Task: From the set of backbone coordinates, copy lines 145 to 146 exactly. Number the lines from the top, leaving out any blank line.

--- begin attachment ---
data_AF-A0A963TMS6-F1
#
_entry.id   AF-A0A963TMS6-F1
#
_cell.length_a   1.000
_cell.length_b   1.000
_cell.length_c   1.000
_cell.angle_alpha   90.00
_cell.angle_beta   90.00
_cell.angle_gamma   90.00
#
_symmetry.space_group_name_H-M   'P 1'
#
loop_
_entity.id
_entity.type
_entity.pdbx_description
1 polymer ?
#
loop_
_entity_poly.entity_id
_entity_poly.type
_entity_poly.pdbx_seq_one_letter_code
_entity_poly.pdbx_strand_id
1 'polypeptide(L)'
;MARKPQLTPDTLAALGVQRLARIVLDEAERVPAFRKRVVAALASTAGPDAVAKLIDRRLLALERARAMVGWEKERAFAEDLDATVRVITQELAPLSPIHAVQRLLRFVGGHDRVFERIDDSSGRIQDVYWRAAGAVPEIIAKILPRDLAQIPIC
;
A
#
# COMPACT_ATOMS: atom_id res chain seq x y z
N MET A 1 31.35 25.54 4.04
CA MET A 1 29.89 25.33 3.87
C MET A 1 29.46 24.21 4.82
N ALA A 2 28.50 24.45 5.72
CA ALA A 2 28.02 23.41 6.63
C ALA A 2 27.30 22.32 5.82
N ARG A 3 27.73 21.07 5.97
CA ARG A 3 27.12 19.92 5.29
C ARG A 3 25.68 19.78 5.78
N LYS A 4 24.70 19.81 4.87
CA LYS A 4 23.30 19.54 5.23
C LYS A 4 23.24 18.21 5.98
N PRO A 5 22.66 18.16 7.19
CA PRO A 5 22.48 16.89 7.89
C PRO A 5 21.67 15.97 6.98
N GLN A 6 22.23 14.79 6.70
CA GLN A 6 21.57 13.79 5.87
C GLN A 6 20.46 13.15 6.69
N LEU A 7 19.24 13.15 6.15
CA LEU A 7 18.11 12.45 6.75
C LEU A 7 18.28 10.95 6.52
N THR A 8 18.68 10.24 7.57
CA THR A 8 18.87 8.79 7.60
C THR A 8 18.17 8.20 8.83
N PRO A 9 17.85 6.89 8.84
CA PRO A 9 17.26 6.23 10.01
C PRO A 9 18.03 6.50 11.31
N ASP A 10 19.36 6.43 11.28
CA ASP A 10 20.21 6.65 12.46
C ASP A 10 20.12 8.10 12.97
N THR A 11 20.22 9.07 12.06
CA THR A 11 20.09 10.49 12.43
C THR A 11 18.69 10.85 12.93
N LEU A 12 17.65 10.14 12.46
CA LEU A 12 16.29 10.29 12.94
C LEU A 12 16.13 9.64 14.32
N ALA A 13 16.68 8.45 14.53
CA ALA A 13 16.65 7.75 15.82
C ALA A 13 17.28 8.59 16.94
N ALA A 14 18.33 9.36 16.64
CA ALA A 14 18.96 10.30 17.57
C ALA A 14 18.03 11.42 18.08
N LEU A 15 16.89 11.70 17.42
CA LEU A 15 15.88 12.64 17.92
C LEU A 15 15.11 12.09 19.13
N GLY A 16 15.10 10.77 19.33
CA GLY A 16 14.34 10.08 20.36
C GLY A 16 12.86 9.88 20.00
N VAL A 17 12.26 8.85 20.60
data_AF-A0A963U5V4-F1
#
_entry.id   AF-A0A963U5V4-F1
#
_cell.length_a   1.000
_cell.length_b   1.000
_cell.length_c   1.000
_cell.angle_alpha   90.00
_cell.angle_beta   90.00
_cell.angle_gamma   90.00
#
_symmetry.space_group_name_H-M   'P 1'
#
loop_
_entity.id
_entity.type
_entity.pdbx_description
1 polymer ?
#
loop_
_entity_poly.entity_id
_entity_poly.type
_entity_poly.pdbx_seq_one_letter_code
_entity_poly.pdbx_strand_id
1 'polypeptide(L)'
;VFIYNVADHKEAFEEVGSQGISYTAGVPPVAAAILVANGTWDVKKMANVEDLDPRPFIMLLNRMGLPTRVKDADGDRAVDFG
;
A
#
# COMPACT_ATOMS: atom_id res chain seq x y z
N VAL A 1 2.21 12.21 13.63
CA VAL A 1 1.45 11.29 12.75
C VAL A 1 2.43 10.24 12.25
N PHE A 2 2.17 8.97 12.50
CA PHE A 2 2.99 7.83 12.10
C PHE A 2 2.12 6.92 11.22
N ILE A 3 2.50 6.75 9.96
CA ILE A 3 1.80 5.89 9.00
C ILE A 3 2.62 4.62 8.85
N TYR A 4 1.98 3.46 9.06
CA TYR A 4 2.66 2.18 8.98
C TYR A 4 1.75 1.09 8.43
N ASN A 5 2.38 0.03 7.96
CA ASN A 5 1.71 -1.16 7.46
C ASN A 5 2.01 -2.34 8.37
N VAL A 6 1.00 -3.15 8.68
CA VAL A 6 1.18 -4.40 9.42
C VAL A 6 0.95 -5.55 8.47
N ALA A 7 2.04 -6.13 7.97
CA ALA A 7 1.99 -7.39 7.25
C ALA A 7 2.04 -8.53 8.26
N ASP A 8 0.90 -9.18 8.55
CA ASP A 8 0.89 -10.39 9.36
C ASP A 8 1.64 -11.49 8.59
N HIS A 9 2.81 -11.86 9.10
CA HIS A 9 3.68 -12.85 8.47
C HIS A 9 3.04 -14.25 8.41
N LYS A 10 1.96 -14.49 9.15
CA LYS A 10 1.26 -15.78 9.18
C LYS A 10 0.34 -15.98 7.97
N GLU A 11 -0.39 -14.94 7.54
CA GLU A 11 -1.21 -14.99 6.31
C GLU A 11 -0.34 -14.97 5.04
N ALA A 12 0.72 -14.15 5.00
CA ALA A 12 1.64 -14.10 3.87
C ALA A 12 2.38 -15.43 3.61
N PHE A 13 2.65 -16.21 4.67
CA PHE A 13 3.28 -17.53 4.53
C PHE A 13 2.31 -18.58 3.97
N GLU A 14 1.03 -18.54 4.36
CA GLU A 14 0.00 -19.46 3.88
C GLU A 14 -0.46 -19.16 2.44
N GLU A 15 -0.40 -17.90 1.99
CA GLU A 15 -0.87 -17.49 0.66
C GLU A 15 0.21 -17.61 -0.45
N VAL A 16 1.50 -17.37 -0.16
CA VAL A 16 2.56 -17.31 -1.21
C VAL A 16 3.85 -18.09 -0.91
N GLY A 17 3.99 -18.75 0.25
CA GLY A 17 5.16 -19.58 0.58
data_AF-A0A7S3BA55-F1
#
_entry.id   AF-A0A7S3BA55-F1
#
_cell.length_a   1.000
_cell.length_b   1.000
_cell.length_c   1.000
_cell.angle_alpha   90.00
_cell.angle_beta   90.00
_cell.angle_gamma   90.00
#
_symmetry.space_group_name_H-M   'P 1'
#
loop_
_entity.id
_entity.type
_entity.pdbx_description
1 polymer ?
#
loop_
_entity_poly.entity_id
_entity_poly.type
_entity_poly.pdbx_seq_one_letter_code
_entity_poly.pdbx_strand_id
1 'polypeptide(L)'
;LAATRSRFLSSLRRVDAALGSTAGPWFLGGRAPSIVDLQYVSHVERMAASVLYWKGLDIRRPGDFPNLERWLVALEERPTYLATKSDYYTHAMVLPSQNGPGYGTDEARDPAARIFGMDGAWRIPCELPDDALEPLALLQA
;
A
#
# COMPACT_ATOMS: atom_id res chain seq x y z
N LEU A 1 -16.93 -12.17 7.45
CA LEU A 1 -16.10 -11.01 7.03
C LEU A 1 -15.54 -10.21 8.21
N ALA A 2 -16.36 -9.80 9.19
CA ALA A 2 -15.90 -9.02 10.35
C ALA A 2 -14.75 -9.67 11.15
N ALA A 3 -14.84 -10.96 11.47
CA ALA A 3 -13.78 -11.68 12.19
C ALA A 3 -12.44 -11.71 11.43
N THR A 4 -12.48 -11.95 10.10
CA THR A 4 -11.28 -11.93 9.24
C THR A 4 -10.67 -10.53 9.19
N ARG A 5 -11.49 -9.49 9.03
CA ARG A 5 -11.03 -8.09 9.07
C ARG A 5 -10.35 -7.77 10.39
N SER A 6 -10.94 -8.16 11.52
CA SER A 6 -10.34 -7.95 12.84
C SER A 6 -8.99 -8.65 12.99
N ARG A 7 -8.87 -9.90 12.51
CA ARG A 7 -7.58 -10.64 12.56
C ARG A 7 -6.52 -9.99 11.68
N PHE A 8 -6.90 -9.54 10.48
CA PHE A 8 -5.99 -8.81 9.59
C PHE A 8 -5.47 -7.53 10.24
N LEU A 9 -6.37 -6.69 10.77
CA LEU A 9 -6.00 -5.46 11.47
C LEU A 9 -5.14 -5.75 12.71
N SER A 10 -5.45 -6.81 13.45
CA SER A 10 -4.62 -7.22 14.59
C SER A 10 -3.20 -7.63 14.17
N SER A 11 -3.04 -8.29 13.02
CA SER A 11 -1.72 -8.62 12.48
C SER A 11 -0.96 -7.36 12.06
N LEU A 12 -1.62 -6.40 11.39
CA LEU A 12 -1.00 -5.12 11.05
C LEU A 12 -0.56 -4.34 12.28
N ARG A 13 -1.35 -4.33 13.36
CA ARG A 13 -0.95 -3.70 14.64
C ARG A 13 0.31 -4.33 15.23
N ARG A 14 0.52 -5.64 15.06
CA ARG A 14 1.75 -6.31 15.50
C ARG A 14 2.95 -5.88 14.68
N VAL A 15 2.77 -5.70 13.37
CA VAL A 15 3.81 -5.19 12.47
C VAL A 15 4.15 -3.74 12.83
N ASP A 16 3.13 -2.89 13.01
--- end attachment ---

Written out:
C ALA A 12 2.38 -15.43 3.61
N PHE A 13 2.65 -16.21 4.67